However none of the other witnesses remembered Engström acting in the way he describes – being one of the first on the scene, helping to administer first aid to Palme, and pointing police in the direction he saw the murderer run.

Petersson disclosed that Engström's actions and statements following the murder raised further suspicion. He also noted that the suspect appeared in several TV and newspaper reports on the murder, often criticising the police for not taking his statement seriously. This is despite the fact that his statement which was inconsistent with most of the others was taken several times. He added that the man could have been "mocking the police".

The chief prosecutor added;

"When we've gone through the material, what is odd is the fact that none of the other witnesses on the scene of the crime recognised Stig Engström at all as having been there at the scene. If he was there, he disappeared before he made any impression on any of the witnesses at the scene of the crime. Even though it was chaos at the scene, he definitely did not act the way he claimed.

"What has made the investigation more difficult for us is that more than 34 years have passed since the assassination. A number of witnesses are no longer with us or are very old. Evidence does not improve over time.

"We hoped to get clear indications from the National Forensic Centre but they said based on today's technology it won't be possible to tie a weapon to the murder scene, so what we have to work with is more or less the same forensic evidence that was secured at the time.

"We noticed that statements given by witnesses would vary a lot between the initial interviews and what they said once they had read what other witnesses said, so this made our investigation difficult."

Senate passes revised 2020 budget of N10.8 trillion

The Senate has passed the revised 2020 budget of N10.8 trillion. The budget was passed this morning Thursday, June 11 during plenary.

The passage of the budget comes a day after the House of Representatives passed the same figure as the 2020 budget. The lawmakers increased the budget by N300 billion from N10.5 trillion. The budget was initially passed in December but the executive sent it back to National Assembly after the executive reworked it to reflect the current economic realities.

According to the new budget, N500 billion was allocated as an intervention fund for COVID-19 while N186 billion was earmarked for the health sector.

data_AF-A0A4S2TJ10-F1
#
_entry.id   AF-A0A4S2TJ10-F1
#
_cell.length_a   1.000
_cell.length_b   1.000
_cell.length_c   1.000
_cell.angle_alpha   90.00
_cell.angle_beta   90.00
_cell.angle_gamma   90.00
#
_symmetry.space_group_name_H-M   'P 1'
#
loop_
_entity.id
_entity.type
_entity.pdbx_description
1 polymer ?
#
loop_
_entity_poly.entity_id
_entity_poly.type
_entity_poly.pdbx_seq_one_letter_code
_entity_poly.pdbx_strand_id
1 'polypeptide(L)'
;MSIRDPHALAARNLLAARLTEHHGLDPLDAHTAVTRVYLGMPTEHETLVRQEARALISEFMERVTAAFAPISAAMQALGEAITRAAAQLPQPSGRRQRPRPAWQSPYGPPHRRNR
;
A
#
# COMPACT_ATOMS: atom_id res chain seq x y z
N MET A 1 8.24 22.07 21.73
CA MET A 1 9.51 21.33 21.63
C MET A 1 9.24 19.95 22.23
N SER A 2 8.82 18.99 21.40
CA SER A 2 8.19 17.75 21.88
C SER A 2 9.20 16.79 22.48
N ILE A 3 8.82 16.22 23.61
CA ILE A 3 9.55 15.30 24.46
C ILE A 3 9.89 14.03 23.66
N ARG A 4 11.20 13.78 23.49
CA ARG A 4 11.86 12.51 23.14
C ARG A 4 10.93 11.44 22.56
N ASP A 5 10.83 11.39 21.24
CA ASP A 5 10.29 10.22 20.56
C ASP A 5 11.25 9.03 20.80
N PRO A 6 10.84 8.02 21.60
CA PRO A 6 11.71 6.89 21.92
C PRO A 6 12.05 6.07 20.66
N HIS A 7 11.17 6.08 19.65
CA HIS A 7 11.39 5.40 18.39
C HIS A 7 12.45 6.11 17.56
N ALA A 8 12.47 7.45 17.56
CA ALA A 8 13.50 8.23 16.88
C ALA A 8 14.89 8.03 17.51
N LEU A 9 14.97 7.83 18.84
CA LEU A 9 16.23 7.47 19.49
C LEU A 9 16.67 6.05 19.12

In the revised budget, N422 billion was fixed for statutory transfers, N4.9 trillion for recurrent expenditure and N2.4 trillion is for capital expenditure.

The budget will now be sent to the President for his assent.

Trump to hold his first post-Covid-19 rally next week on the day African Americans celebrate 'end of slavery'

Donald Trump's campaign ralies are back, as the US President has announced he is set to have his first campaign rally next week Friday, the first time he'll be doing so since the Covid-19 pandemic started in the US.

His first re-election campaign rally will be held in Tulsa, Oklahoma on the 19th of June, known as "Juneteenth", the date that African Americans celebrate the end of slavery.

In 1921 the city of Tulsa was the site of one of the worst massacres of black people in US history and during an unannounced event at the White House on Wednesday Afternoon, Trump surrounded by prominent black supporters, said he wants to get back on the campaign trail with his stadium-filling rallies.

Trump revealed plans to go to Florida, Arizona and North Carolina, swing states he won in 2016.

'We're going into North Carolina at the appropriate time. The governor's a little backward there, a little bit behind,' Trump said, blasting Democratic Governor Roy Cooper, whohas refused letting the Republican National Convention to fill a stadium for Trump's nomination acceptance speech.

When asked following the Cabinet Room event Wednesday afternoon about his trip to Dallas, Texas for a fundraiser on Thursday, Trump revealed he will travel next Friday, June 19 to Tulsa, Oklahoma for a rally.

'They've done a great job with COVID, as you know, in the state of Oklahoma,' Trump said.

He claimed: 'We're on our way to a very big comeback.'

On Tuesday morning, Trump first revealed he wanted to bring back the rallies as early as next week.

'BIG DEMAND! Starting up again soon, maybe next week!' the president tweeted, suggesting that the rallies could be held outside just like the protests.

The tweet included a post from journalist Byron York who said: 'Given recent gatherings, seems reasonable time for President Trump to resume holding rallies. Could be held outside. Give out masks at entrance, encourage use. But mass gatherings are now OK. Biden could re-start, too, of course.'